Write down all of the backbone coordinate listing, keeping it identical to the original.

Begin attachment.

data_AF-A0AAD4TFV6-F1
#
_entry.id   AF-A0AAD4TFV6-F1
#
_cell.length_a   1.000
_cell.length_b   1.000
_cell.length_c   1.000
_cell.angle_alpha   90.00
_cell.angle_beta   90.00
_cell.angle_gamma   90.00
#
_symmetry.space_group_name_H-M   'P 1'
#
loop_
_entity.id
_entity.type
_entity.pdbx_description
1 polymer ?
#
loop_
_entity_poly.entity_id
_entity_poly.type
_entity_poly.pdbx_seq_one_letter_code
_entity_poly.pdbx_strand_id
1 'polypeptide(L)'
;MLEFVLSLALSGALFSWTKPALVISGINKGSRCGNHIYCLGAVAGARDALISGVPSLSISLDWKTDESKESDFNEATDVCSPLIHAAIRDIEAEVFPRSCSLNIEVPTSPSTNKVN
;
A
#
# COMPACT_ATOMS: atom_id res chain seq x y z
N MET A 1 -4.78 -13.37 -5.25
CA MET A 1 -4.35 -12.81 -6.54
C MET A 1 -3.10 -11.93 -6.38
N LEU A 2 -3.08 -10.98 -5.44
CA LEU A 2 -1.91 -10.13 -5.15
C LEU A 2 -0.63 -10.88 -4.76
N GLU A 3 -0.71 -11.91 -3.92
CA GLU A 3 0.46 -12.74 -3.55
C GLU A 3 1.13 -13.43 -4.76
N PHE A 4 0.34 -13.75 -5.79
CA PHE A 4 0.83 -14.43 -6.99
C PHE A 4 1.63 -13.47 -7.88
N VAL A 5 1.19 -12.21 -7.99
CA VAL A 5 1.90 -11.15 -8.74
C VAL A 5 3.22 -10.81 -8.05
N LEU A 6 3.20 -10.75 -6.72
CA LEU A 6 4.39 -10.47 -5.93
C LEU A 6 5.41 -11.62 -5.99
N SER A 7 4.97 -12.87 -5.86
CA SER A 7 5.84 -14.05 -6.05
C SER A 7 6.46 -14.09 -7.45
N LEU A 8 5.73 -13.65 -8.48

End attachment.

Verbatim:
data_AF-A0AAD4TFV6-F1
#
_entry.id   AF-A0AAD4TFV6-F1
#
_cell.length_a   1.000
_cell.length_b   1.000
_cell.length_c   1.000
_cell.angle_alpha   90.00
_cell.angle_beta   90.00
_cell.angle_gamma   90.00
#
_symmetry.space_group_name_H-M   'P 1'
#
loop_
_entity.id
_entity.type
_entity.pdbx_description
1 polymer ?
#
loop_
_entity_poly.entity_id
_entity_poly.type
_entity_poly.pdbx_seq_one_letter_code
_entity_poly.pdbx_strand_id
1 'polypeptide(L)'
;MLEFVLSLALSGALFSWTKPALVISGINKGSRCGNHIYCLGAVAGARDALISGVPSLSISLDWKTDESKESDFNEATDVCSPLIHAAIRDIEAEVFPRSCSLNIEVPTSPSTNKVN
;
A
#
# COMPACT_ATOMS: atom_id res chain seq x y z
N MET A 1 -4.78 -13.37 -5.25
CA MET A 1 -4.35 -12.81 -6.54
C MET A 1 -3.10 -11.93 -6.38
N LEU A 2 -3.08 -10.98 -5.44
CA LEU A 2 -1.91 -10.13 -5.15
C LEU A 2 -0.63 -10.88 -4.76
N GLU A 3 -0.71 -11.91 -3.92
CA GLU A 3 0.46 -12.74 -3.55
C GLU A 3 1.13 -13.43 -4.76
N PHE A 4 0.34 -13.75 -5.79
CA PHE A 4 0.83 -14.43 -6.99
C PHE A 4 1.63 -13.47 -7.88
N VAL A 5 1.19 -12.21 -7.99
CA VAL A 5 1.90 -11.15 -8.74
C VAL A 5 3.22 -10.81 -8.05
N LEU A 6 3.20 -10.75 -6.72
CA LEU A 6 4.39 -10.47 -5.93
C LEU A 6 5.41 -11.62 -5.99
N SER A 7 4.97 -12.87 -5.86
CA SER A 7 5.84 -14.05 -6.05
C SER A 7 6.46 -14.09 -7.45
N LEU A 8 5.73 -13.65 -8.48